Here's a reading (MP3) of my latest Guardian column, How Amazon is holding Hachette hostage, which examines how Hachette's insistence on DRM for their ebooks has taken away all their negotiating leverage with Amazon, resulting in Amazon pulling Hachette's books from its catalog in the course of a dispute over discounting:
Under US law (the 1998 Digital Millennium Copyright Act) and its global counterparts (such as the EUCD), only the company that put the DRM on a copyrighted work can remove it. Although you can learn how to remove Amazon's DRM with literally a single, three-word search, it is nevertheless illegal to do so, unless you're Amazon. So while it's technical child's play to release a Hachette app that converts your Kindle library to work with Apple's Ibooks or Google's Play Store, such a move is illegal.
It is an own-goal masterstroke. It is precisely because Hachette has been so successful in selling its ebooks through Amazon that it can't afford to walk away from the retailer. By allowing Amazon to put a lock on its products whose key only Amazon possessed, Hachette has allowed Amazon to utterly usurp its relationship with its customers. The law of DRM means that neither the writer who created a book, nor the publisher who invested in it, gets to control its digital destiny: the lion's share of copyright control goes to the ebook retailer whose sole contribution to the book was running it through a formatting script that locked it up with Amazon's DRM.
The more books Hachette sold with Amazon DRM, the more its customers would have to give up to follow it to a competing store.
Here's a reading (MP3) of a short story I wrote for the July, 2014 issue of Wired UK in the form of a news dispatch from the year 2024 -- specifically, a parliamentary sketch from a raucous Prime Minister's Question Time where a desperate issue of computer security rears its head:
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Wil Wheaton writes, "Today's Fresh Air (MP3) is just heartbreaking. It's an interview about the juvenile
'justice' system in America with Nell Bernstein, author of Burning Down the House: The End of Juvenile Prison, and how prison is just destroying young lives in
the name of giving prison workers jobs. No. Seriously. It's infuriating, and it dovetails perfectly with your
review of Matt Taibbi's new book."
Burning Down the House: The End of Juvenile Prison
'Burning Down The House' Makes The Case Against Juvenile Incarceration
Gary writes, "Episode 5 of the podcast Far-Fetched Fables features a great reading by Kenny Park of the short story 'Snowball's Chance' by Charles Stross. Far-Fetched Fables is the recent addition to the District of Wonders podcast network, which includes Tony C. Smith's long-running StarShip Sofa."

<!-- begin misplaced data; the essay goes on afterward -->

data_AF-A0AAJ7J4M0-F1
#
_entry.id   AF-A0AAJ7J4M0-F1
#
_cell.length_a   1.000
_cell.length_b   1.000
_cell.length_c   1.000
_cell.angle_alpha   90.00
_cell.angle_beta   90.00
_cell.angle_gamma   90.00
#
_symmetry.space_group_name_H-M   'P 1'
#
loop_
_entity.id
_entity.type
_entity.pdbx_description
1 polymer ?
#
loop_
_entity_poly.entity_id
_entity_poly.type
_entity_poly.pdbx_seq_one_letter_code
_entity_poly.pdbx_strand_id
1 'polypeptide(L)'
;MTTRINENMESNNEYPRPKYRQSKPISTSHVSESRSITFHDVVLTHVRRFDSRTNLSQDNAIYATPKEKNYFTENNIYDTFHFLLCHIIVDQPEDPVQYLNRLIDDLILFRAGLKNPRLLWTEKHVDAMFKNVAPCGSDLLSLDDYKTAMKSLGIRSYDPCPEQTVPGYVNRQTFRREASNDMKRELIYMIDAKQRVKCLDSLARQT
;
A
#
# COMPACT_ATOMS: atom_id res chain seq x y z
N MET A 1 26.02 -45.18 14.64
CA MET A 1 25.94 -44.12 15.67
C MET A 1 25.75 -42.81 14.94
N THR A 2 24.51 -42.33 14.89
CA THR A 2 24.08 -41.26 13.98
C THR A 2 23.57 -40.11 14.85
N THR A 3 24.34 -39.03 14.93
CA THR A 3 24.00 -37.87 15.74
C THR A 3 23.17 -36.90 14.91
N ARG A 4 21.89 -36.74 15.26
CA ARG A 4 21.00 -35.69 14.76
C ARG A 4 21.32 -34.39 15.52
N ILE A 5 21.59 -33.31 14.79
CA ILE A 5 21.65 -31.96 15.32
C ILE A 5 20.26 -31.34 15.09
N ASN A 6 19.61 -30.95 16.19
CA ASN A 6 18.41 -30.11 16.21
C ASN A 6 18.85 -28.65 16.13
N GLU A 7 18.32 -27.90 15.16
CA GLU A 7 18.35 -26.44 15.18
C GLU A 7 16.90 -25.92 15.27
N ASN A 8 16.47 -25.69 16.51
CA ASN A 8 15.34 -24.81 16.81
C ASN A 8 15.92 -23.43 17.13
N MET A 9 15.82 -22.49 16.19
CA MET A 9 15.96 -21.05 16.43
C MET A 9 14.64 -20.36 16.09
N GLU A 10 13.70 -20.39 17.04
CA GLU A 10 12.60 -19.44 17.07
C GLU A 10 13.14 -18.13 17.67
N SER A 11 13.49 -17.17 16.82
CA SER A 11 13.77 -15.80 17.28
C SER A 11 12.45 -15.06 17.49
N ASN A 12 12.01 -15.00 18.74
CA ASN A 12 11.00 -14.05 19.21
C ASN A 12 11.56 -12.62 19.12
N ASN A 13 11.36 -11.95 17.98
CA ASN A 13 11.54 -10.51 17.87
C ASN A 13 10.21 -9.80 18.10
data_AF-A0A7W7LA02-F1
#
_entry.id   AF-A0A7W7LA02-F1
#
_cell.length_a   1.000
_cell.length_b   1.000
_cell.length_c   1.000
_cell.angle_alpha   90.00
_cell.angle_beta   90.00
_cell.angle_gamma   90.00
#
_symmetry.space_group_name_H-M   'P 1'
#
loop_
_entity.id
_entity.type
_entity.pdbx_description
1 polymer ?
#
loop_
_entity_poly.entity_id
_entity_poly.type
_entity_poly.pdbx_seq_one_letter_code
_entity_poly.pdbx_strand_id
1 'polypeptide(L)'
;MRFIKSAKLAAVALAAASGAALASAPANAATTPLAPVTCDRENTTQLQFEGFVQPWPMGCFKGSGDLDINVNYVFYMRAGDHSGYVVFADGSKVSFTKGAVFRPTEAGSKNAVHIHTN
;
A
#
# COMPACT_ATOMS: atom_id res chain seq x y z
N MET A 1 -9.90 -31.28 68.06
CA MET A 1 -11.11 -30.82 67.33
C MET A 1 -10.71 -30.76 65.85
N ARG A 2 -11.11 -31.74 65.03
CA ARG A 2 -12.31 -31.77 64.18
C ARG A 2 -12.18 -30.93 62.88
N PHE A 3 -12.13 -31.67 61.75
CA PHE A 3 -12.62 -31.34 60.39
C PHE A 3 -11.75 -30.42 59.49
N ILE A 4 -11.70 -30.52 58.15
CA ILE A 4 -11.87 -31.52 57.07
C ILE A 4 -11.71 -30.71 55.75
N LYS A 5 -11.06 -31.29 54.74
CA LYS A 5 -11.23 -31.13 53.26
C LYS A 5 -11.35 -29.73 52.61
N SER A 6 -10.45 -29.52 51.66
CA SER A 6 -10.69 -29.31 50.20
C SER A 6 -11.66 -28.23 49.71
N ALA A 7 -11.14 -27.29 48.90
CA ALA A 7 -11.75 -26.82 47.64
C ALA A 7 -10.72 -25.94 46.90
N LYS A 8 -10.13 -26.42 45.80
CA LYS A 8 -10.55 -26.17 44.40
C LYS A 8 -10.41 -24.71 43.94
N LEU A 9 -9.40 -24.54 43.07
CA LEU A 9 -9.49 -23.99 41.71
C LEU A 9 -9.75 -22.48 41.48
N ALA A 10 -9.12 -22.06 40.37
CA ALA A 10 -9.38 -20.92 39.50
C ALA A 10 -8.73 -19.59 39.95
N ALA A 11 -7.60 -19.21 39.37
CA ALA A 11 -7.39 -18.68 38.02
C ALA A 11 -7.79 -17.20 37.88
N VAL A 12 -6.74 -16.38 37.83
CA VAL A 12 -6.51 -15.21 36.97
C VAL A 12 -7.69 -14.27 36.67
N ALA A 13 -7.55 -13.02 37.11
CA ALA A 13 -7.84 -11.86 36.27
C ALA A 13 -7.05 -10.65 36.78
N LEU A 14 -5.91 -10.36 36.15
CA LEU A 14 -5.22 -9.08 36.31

Here's a reading of a recent Guardian column, What does David Cameron's Great Firewall look like? which debunks the UK government's stupid arguments for its national anti-porn firewall:
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In the end of year episode (MP3) of the BBC's More or Less stats podcast, Tim Harford talks to a variety of interesting people about their "number of the year," with fascinating results.
But the crowning glory of the episode is Helen Arney's magnificent musical tribute to Mersenne 48, the largest Mersenne Prime ever calculated, which came to light in 2013. (Arney herself is going out on tour of the UK, for the delightfully named Full Frontal Nerdity tour)
Every year, there's a day or two between the date that my daughter's school shuts and the day that my wife's office shuts for Christmas holidays. Those are the official seasonal mid-week daddy-daughter days, and for the past two years, my daughter and I have gone to my office to record a podcast. Last year's was great (MP3), but I think we hit a new high this year (MP3).
(Photo: Jonathan Worth)
I did an interview with the Circulating Ideas library podcast (MP3) at the American Library Association conference this year. We talked about information politics, DRM and libraries, my own history with reading and books, and the future of librarianship.
In the current installment of my podcast, I read aloud (MP3) a recent Guardian column, "Metadata – a wartime drama, which imagines a dialog between Alan Turing and Winston Churchill that might have taken place if the UK Home Secretary Theresa May had been Turing's line-manager.
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Daniel Pinkwater, the writer who made me the weirdo I am today, has a fantastic podcast
wherein he reads his books in (all-too-short) weekly excerpts. This week, he wrapped up a read of Yobgorgle: Mystery Monster of Lake Ontario
, and kicked off a read of the remarkable The Last Guru
. Now's a great day to start listening, in other words. (MP3
I recently recorded an interview
with NPR's "Here and Now" about surveillance, kids, activism, and my novel Homeland
) — Cory